cfg.trialdef.poststim       = 2;
cfg.trialdef.eventvalue     = 3;                    % event value of FIC
cfg = ft_definetrial(cfg);
cfg.channel   = {'MEG', '-MLP31', '-MLO12'};        % read all MEG channels except MLP31 and MLO12
data = ft_preprocessing(cfg);

cfg = [];
avg = ft_timelockanalysis(cfg, data);
fiff_file = 'ctf-ave.fif';
fieldtrip2fiff(fiff_file, avg)

Now we can read it in MNE-Pytho

:::python
from mne.fiff import read_evoked
evoked = read_evoked('ctf-ave.fif')
print(type(evoked))

Import Evoked

We just continue using the instance ‘‘epochs’’ that was defined before. We then create an instance of class ‘‘Evoked’’ using the method ‘‘average’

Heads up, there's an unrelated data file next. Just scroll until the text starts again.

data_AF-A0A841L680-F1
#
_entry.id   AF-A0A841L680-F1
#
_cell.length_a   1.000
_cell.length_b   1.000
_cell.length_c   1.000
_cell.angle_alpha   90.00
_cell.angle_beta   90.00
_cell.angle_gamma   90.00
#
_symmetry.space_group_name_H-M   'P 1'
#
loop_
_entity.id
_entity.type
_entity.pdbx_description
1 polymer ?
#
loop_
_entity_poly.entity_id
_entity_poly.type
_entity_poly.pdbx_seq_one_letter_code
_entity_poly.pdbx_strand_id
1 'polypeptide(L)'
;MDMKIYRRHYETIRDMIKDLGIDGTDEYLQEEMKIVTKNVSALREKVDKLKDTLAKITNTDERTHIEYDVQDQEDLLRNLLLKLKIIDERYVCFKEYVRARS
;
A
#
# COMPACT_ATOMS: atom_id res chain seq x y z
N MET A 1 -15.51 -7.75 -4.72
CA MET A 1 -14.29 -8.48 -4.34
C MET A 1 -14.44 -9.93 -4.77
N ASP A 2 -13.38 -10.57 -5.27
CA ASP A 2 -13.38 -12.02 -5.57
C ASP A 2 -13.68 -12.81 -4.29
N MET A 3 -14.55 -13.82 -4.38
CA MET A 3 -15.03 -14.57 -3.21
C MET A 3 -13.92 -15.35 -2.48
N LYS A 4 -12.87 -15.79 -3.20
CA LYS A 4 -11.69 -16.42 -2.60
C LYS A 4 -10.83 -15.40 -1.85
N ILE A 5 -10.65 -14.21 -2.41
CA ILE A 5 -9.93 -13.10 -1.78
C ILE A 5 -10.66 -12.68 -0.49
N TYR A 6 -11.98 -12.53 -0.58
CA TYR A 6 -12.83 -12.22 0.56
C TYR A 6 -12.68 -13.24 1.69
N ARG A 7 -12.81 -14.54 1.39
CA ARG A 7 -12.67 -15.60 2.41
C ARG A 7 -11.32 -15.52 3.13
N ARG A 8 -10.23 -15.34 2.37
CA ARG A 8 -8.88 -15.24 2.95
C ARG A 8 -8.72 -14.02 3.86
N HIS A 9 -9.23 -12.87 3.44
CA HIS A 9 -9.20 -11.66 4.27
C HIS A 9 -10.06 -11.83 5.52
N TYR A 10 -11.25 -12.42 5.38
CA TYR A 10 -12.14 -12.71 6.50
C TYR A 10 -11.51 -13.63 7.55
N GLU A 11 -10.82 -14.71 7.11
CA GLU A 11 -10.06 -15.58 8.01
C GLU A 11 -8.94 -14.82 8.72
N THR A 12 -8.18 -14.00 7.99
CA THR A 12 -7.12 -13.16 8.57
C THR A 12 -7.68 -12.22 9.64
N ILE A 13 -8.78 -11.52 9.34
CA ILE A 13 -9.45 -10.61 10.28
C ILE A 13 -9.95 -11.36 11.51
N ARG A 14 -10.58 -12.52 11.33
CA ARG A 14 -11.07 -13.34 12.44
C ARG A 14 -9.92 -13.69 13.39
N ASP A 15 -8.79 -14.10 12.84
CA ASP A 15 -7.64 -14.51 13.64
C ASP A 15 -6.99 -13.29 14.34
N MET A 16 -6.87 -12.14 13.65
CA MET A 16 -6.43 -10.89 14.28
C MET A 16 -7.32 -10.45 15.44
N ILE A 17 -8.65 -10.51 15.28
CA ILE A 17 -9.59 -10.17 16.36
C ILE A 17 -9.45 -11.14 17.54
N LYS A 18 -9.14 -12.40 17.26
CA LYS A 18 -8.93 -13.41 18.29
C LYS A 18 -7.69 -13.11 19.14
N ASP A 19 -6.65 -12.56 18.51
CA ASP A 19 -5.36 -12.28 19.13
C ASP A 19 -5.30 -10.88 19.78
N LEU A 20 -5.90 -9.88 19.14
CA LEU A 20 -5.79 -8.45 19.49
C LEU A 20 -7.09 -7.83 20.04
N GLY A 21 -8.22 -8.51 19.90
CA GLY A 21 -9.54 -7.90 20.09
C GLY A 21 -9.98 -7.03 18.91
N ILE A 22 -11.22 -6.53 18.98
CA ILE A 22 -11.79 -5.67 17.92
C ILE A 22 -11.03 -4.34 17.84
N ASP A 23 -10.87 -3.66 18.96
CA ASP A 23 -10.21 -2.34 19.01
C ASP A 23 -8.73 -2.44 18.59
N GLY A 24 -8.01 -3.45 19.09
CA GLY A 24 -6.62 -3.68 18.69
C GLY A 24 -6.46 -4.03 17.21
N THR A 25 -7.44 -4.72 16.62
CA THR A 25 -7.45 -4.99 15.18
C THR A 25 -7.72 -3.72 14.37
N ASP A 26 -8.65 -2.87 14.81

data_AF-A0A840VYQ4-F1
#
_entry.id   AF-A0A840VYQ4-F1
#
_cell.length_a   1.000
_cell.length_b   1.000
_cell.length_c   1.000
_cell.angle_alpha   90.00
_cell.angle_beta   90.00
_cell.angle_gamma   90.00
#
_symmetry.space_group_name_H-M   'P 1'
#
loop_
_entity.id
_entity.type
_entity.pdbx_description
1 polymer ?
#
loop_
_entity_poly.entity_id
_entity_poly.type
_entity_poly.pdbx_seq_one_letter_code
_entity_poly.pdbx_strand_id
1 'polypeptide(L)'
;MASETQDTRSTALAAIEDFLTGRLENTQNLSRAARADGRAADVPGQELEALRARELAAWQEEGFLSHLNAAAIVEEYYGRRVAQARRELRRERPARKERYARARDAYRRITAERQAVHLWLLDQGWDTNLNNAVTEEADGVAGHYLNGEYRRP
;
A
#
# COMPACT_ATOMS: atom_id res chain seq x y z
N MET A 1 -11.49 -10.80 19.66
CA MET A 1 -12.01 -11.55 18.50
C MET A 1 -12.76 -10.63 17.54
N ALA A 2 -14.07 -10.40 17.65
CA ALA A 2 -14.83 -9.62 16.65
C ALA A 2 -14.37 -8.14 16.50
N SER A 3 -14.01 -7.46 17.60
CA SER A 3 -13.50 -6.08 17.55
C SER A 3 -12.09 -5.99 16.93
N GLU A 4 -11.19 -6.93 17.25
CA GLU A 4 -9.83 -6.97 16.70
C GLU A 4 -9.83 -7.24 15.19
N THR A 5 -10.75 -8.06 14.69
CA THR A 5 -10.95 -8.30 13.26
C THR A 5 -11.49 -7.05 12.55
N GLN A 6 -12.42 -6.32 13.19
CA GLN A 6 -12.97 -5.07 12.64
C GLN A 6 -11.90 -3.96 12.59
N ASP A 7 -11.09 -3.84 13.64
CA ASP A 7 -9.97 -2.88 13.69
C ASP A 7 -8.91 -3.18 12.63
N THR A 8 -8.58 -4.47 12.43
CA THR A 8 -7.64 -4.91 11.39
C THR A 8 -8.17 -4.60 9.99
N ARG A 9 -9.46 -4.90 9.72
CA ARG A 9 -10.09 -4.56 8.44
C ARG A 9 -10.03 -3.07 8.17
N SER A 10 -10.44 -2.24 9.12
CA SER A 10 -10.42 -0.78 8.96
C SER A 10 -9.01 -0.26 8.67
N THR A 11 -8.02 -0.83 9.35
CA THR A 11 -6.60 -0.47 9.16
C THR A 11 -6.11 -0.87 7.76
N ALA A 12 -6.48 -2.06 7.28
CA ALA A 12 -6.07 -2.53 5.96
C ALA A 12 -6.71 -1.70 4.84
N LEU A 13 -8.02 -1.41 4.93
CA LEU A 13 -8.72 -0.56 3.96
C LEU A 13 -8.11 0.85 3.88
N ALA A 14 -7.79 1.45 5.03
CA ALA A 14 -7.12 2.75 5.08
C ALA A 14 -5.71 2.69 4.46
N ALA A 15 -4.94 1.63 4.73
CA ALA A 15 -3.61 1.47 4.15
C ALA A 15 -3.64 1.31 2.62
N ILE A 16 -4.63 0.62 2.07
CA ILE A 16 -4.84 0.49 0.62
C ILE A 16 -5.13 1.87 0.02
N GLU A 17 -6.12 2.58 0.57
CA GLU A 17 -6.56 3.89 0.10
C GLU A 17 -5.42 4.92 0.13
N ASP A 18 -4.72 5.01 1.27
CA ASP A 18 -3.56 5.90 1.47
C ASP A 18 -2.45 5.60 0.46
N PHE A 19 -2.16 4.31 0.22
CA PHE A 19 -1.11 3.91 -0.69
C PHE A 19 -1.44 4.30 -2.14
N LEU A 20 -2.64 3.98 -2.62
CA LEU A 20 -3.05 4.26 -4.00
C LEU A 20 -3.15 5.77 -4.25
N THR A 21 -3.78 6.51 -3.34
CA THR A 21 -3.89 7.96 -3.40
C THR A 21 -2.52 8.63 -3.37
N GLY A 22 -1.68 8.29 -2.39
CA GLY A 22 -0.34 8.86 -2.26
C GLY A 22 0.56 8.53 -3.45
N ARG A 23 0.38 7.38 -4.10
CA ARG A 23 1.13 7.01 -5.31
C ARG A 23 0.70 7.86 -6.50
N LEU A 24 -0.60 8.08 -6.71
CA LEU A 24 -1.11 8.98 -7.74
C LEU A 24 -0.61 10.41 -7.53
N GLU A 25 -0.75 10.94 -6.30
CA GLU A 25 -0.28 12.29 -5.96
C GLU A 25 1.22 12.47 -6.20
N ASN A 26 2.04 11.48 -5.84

:::python
evoked = epochs.average()
print(type(evoked))  # returns mne.fiff.evoked.Evoked
evoked.save('mne_python-ave.fif')

And then in Matlab, we can read the dat

fiff_file = 'mne_python-ave.fif';
cfg = [];
cfg.dataset = fiff_file;
data1 = ft_preprocessing(cfg);
avg1 = ft_timelockanalysis([], data1);

ft_datatype(avg1)  % returns 'timelock'

In addition, we can read multiple conditions too, if there are present in the ‘‘evoked’’ fif fil

cfg = [];
cfg.dataset = fiff_file;
data1 = ft_preprocessing(cfg);  % E.g. with 3 conditions -> mapped to 3 trials

cfg = [];
cfg.trials = 1;
avg1 = ft_timelockanalysis(cfg, data1);
cfg.trials = 2;
avg2 = ft_timelockanalysis(cfg, data1);
cfg.trials = 3;
avg3 = ft_timelockanalysis(cfg, data1);